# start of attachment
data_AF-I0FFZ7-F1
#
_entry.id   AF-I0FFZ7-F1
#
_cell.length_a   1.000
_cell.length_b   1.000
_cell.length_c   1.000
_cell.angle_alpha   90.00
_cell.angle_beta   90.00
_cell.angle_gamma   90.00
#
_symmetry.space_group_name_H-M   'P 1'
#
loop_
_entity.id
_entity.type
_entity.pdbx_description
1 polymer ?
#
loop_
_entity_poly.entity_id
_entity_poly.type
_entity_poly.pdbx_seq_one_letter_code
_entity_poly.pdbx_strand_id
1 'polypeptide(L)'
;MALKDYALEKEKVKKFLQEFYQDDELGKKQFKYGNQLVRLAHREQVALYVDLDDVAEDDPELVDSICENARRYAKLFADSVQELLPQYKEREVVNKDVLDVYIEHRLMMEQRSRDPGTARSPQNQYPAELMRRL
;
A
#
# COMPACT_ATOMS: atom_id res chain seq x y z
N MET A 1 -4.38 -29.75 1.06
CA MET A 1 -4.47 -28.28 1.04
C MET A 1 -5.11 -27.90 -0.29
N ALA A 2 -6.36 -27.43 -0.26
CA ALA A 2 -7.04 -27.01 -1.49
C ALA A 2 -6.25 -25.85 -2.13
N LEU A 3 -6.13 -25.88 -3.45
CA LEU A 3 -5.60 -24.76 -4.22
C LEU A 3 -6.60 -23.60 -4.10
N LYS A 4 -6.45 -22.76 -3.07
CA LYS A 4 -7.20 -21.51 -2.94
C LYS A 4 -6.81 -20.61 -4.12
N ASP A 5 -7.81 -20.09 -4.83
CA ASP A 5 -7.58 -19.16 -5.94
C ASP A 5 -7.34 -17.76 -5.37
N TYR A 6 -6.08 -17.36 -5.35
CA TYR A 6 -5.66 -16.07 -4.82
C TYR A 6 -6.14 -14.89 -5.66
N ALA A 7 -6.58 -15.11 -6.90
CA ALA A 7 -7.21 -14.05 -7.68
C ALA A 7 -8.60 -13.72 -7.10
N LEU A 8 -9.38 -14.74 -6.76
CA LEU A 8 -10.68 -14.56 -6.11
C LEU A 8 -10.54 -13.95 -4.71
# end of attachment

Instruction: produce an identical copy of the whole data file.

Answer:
data_AF-I0FFZ7-F1
#
_entry.id   AF-I0FFZ7-F1
#
_cell.length_a   1.000
_cell.length_b   1.000
_cell.length_c   1.000
_cell.angle_alpha   90.00
_cell.angle_beta   90.00
_cell.angle_gamma   90.00
#
_symmetry.space_group_name_H-M   'P 1'
#
loop_
_entity.id
_entity.type
_entity.pdbx_description
1 polymer ?
#
loop_
_entity_poly.entity_id
_entity_poly.type
_entity_poly.pdbx_seq_one_letter_code
_entity_poly.pdbx_strand_id
1 'polypeptide(L)'
;MALKDYALEKEKVKKFLQEFYQDDELGKKQFKYGNQLVRLAHREQVALYVDLDDVAEDDPELVDSICENARRYAKLFADSVQELLPQYKEREVVNKDVLDVYIEHRLMMEQRSRDPGTARSPQNQYPAELMRRL
;
A
#
# COMPACT_ATOMS: atom_id res chain seq x y z
N MET A 1 -4.38 -29.75 1.06
CA MET A 1 -4.47 -28.28 1.04
C MET A 1 -5.11 -27.90 -0.29
N ALA A 2 -6.36 -27.43 -0.26
CA ALA A 2 -7.04 -27.01 -1.49
C ALA A 2 -6.25 -25.85 -2.13
N LEU A 3 -6.13 -25.88 -3.45
CA LEU A 3 -5.60 -24.76 -4.22
C LEU A 3 -6.60 -23.60 -4.10
N LYS A 4 -6.45 -22.76 -3.07
CA LYS A 4 -7.20 -21.51 -2.94
C LYS A 4 -6.81 -20.61 -4.12
N ASP A 5 -7.81 -20.09 -4.83
CA ASP A 5 -7.58 -19.16 -5.94
C ASP A 5 -7.34 -17.76 -5.37
N TYR A 6 -6.08 -17.36 -5.35
CA TYR A 6 -5.66 -16.07 -4.82
C TYR A 6 -6.14 -14.89 -5.66
N ALA A 7 -6.58 -15.11 -6.90
CA ALA A 7 -7.21 -14.05 -7.68
C ALA A 7 -8.60 -13.72 -7.10
N LEU A 8 -9.38 -14.74 -6.76
CA LEU A 8 -10.68 -14.56 -6.11
C LEU A 8 -10.54 -13.95 -4.71